Evidence of an accident or injury alone is not enough to withstand a motion for summary judgment in a premises liability case.
In Jobe v. Goodwill Industries of Middle Tennessee, Inc., No. M2017-02299-COA-R3-CV (Tenn. Ct. App. June 4, 2018), plaintiff was a shopper at a Goodwill store. When she “attempted to sit in a plastic chair that was displayed for sale,” the chair collapsed, causing plaintiff to fall and injure herself. Plaintiff filed this premises liability action, and defendant filed a motion for summary judgment. The trial court granted summary judgment to defendant, and the Court of Appeals affirmed.
In a premises liability case, a plaintiff must be able to prove the elements of a negligence claim, and also that “the condition was caused or created by the owner, operator, or agent or that the owner or operator had actual or constructive notice that the condition existed prior to the accident.” (internal citation omitted). While business owners must keep their properties reasonably safe, they are “not responsible for removing or warning against conditions from which no unreasonable risk was to be anticipated.” (internal citation omitted).
In support of its motion for summary judgment, defendant submitted deposition testimony from two employees who stated that donated items are “visually inspected and examined by a donation attendant when received and inspected again by a processing employee before merchandise is priced and placed on the sales floor.” One employee stated that while they do not sit on furniture to inspect it, they move it around and check its sturdiness. Further, defendant cited part of plaintiff’s deposition testimony wherein she answered that there was nothing “apparent or obvious to [her] in looking at [the chair] while it was still intact that told you it might not be safe to sit on.”
During its analysis, the Court of Appeals looked to a very similar Georgia case where a chair at a resale shop had broken when a customer sat on it. In that case, the Georgia Court of Appeals held that summary judgment should have been granted for the store “because there was no evidence that [the store] possessed superior knowledge of the hazard posed by the chair.” (citing Family Thrift, Inc. v. Birthrong, 785 S.E.2d 547 (Ga. Ct. App. 2016). In that case, “the customer presented no evidence to establish exactly how the chair was defective, how long the defect existed, or whether the defect was one that would have been visible during an inspection.” The court in that case found that “the store owner had no duty to discover a defect that had not manifested until the incident causing the injury.”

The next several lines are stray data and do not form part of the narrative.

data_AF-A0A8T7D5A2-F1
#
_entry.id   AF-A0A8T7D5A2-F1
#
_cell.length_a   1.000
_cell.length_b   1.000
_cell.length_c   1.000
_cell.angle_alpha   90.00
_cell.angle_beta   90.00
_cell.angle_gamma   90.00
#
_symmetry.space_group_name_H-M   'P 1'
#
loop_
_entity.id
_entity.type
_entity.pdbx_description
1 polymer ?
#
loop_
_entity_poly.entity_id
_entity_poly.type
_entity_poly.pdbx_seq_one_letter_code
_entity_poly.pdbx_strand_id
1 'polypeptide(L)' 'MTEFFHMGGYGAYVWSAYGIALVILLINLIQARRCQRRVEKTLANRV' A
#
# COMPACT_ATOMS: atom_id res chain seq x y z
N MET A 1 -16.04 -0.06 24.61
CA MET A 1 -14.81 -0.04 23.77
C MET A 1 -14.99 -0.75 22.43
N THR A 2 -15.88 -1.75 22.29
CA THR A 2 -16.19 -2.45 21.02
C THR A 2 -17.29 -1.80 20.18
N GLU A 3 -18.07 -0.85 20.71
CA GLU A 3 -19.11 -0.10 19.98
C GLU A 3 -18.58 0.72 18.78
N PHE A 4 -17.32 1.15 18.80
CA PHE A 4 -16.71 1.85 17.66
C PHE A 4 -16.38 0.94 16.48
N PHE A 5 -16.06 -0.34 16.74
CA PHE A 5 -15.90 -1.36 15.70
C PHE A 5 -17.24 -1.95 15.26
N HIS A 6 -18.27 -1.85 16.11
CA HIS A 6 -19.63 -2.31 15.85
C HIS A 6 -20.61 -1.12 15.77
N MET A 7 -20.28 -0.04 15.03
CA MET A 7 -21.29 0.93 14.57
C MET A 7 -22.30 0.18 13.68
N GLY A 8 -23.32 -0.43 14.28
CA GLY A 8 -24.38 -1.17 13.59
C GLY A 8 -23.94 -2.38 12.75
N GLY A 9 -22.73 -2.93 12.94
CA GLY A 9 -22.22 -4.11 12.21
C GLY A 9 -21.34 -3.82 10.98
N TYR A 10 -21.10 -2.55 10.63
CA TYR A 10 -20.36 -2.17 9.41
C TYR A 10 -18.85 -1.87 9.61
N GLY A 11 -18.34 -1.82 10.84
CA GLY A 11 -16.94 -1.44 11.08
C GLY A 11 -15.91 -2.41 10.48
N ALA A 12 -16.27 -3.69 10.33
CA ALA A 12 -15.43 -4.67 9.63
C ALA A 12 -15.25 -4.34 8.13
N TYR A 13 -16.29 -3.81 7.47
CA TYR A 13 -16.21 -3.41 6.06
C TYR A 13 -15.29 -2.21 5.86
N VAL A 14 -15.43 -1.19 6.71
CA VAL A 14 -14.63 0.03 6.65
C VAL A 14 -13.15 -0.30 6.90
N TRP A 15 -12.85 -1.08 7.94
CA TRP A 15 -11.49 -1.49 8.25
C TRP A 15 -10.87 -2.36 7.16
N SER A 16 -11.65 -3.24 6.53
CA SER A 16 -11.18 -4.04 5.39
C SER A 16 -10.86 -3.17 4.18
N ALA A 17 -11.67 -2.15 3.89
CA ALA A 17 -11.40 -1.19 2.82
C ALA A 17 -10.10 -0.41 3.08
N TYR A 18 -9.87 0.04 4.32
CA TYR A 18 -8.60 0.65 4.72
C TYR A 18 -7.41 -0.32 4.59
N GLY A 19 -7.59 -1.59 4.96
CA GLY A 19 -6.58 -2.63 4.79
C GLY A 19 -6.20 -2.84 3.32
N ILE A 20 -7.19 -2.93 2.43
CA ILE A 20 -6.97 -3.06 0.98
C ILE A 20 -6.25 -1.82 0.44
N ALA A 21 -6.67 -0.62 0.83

Here, the evidence was very similar to the Georgia case. Defendant Goodwill presented evidence that showed that all items are inspected when donated, and even plaintiff’s own testimony was that there was nothing obviously wrong with the chair. The Court found that this “tended to disprove [plaintiff’s] assertion that Goodwill had constructive notice of the hazardous, dangerous and unsafe condition of the plastic chair,” or that Goodwill created the dangerous condition “by failing to safely maintain and inspect the facility.” The Court ultimately held:
[Plaintiff] was required to demonstrate that the defective condition of the chair was either caused or created by Goodwill or that Goodwill had actual or constructive notice that the condition existed prior to the accident. The undisputed facts establish neither. [Plaintiff] did not attempt to demonstrate constructive notice by showing that a dangerous or defective condition existed for such a length of time that a property owner, in the exercise of reasonable care, should have become aware of it, nor did she attempt to establish that the dangerous condition resulted from a pattern of conduct, a recurring incident, or a general or continuing condition. Courts need not submit to the jury negligence cases containing only a spark or glimmer of evidence that requires the finder-of-fact to make a leap of faith to find the defendant liable for plaintiff’s injury.
(internal citations and quotations omitted). Accordingly, summary judgment for defendant was affirmed.
Plaintiff also attempted to argue on appeal that the chair had been mislabeled by defendant and was actually a side table. The Court held, though, that because she “did not raise this mislabeling argument in the trial court in response to the motion for summary judgment,” they would not consider it on appeal.
As we’ve seen many times in premises liability cases, evidence of an injury is not enough to sustain a claim. A plaintiff will usually need more than just an accident to show that a defendant created or had actual or constructive notice of an allegedly dangerous condition.